Liquid oxygen

Liquid oxygen
The blue colour of liquid oxygen in a dewar flask

Liquid oxygen — abbreviated LOx, LOX or Lox in the aerospace, submarine and gas industries — is one of the physical forms of elemental oxygen.


Physical properties

Liquid oxygen has a pale blue color and is strongly paramagnetic and can be suspended between the poles of a powerful horseshoe magnet.[1] Liquid oxygen has a density of 1.141 g/cm3 (1.141 kg/L) and is cryogenic with a freezing point of 50.5 K (−368.77  °F; −222.65 °C) and a boiling point of 90.19 K (−297.33 °F, −182.96 °C) at 101.325 kPa (760 mmHg). Liquid oxygen has an expansion ratio of 1:861 at 20 °C (68 °F);[2][3] and because of this, it is used in some commercial and military aircraft as a source of breathing oxygen.

Because of its cryogenic nature, liquid oxygen can cause the materials it touches to become extremely brittle. Liquid oxygen is also a very powerful oxidizing agent: organic materials will burn rapidly and energetically in liquid oxygen. Further, if soaked in liquid oxygen, some materials such as coal briquettes, carbon black, etc., can detonate unpredictably from sources of ignition such as flames, sparks or impact from light blows. Petrochemicals often exhibit this behavior, including asphalt.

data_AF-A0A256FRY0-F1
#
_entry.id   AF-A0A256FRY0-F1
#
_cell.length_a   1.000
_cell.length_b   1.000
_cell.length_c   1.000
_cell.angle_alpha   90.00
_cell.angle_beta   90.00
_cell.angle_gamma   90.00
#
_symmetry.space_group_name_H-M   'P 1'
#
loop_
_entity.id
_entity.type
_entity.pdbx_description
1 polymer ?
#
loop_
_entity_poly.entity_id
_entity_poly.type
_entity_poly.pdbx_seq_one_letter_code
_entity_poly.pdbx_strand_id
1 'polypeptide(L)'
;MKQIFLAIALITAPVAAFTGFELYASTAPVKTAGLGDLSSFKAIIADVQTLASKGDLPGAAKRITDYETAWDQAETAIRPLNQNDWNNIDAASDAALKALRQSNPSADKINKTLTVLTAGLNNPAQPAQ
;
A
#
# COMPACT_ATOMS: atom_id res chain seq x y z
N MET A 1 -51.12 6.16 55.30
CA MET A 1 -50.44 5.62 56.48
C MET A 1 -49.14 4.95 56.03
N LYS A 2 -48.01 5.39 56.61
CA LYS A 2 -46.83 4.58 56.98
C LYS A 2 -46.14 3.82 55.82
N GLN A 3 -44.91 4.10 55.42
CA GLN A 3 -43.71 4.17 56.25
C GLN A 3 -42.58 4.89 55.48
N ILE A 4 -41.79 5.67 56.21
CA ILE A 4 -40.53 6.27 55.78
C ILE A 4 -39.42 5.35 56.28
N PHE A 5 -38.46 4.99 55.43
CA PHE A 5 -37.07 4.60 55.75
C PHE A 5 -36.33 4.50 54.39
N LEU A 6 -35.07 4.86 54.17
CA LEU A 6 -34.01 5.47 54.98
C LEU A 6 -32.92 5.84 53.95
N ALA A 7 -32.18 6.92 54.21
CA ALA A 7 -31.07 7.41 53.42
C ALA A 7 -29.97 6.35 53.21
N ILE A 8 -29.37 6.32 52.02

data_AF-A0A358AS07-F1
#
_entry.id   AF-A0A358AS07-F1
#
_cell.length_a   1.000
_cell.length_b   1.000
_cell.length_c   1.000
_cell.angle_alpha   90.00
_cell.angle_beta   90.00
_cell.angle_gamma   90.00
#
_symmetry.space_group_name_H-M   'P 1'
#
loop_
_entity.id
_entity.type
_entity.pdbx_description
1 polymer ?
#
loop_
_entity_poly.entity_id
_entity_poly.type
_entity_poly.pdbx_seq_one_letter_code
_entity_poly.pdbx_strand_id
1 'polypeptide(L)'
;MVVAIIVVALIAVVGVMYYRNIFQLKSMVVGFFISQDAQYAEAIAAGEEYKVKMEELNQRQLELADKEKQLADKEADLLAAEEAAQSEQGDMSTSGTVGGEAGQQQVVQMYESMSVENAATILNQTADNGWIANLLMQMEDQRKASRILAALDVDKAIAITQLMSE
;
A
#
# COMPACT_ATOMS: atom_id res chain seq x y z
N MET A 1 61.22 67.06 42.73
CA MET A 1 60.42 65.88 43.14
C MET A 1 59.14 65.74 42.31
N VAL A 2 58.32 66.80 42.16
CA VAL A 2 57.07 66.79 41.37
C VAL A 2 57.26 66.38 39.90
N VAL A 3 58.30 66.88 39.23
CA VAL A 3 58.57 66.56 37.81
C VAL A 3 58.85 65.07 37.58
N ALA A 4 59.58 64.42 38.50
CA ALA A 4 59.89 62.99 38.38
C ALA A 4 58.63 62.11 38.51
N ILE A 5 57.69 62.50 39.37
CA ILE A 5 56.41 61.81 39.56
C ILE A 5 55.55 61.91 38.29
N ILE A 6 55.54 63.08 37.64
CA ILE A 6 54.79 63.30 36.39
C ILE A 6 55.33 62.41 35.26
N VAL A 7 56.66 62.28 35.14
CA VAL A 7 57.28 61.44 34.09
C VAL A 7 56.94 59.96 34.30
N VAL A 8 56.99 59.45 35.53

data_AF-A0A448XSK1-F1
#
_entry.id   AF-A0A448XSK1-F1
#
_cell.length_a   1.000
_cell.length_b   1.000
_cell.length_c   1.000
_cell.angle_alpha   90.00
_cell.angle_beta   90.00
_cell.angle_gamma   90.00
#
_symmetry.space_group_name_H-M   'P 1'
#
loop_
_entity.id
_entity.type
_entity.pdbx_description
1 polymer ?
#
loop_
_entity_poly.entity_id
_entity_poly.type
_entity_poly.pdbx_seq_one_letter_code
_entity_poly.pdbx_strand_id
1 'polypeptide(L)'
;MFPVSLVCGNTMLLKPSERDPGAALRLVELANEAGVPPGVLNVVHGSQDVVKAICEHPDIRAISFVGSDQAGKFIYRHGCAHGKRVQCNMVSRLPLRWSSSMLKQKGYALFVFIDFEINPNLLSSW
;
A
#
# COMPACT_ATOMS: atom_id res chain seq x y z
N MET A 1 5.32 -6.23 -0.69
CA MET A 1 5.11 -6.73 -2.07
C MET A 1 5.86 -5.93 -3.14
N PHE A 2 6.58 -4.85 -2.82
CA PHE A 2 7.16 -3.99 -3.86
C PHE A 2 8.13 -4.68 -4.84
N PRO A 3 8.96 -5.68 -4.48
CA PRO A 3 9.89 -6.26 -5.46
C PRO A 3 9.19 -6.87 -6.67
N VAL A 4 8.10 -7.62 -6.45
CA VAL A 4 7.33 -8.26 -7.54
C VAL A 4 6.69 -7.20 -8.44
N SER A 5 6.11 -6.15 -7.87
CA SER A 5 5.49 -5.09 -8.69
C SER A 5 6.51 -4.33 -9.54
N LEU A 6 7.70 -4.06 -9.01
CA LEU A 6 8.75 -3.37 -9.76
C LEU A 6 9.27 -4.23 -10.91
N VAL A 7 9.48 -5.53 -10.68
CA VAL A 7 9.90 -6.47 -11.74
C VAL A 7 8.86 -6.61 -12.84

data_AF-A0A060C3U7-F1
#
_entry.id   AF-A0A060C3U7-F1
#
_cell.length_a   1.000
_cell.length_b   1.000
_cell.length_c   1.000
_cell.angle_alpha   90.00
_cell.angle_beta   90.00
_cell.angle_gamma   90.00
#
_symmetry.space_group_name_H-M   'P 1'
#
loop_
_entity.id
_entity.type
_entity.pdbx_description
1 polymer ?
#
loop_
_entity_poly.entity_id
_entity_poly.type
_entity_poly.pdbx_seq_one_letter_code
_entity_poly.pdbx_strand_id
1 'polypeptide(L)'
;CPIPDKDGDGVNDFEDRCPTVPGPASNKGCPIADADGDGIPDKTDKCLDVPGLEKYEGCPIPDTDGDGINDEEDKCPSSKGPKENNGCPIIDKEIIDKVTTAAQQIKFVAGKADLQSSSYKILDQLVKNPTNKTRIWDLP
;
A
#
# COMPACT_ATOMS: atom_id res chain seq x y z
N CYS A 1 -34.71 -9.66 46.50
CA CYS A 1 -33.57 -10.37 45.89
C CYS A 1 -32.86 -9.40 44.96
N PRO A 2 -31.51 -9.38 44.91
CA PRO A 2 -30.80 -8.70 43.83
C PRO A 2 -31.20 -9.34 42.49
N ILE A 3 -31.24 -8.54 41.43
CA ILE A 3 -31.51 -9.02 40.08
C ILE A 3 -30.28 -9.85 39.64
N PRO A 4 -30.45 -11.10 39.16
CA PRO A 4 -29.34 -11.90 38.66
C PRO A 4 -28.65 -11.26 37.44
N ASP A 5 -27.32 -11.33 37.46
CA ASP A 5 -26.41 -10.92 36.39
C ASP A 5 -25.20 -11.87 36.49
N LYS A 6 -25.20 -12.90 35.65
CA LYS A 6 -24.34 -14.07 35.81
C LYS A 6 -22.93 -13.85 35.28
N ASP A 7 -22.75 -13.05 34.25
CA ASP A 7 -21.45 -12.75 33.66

The tetraoxygen molecule (O4) was first predicted in 1924 by Gilbert N. Lewis, who proposed it as an explanation for the failure of liquid oxygen to obey Curie's law.[4] Modern computer simulations indicate that although there are no stable O4 molecules in liquid oxygen, O2 molecules do tend to associate in pairs with antiparallel spins, forming transient O4 units.[5]

Liquid nitrogen has a lower boiling point at −196 °C (77 K) than oxygen's −183 °C (90 K), and vessels containing liquid nitrogen can condense oxygen from air: when most of the nitrogen has evaporated from such a vessel there is a risk that liquid oxygen remaining can react violently with organic material. Conversely, liquid nitrogen or liquid air can be oxygen-enriched by letting it stand in open air; atmospheric oxygen dissolves in it, while nitrogen evaporates preferentially.


In commerce, liquid oxygen is classified as an industrial gas and is widely used for industrial and medical purposes. Liquid oxygen is obtained from the oxygen found naturally in air by fractional distillation in a cryogenic air separation plant.

Liquid oxygen is a common liquid oxidizer propellant for spacecraft rocket applications, usually in combination with liquid hydrogen or kerosene. Liquid oxygen is useful in this role because it creates a high specific impulse. It was used in the very first rocket applications like the V2 missile (under the name A-Stoff and Sauerstoff) and Redstone, R-7 Semyorka, Atlas boosters, and the ascent stages of the Apollo Saturn rockets. Liquid oxygen was also used in some early ICBMs, although more modern ICBMs do not use liquid oxygen because its cryogenic properties and need for regular replenishment to replace boiloff make it harder to maintain and launch quickly. Many modern rockets use liquid oxygen, including the main engines on the Space Shuttle.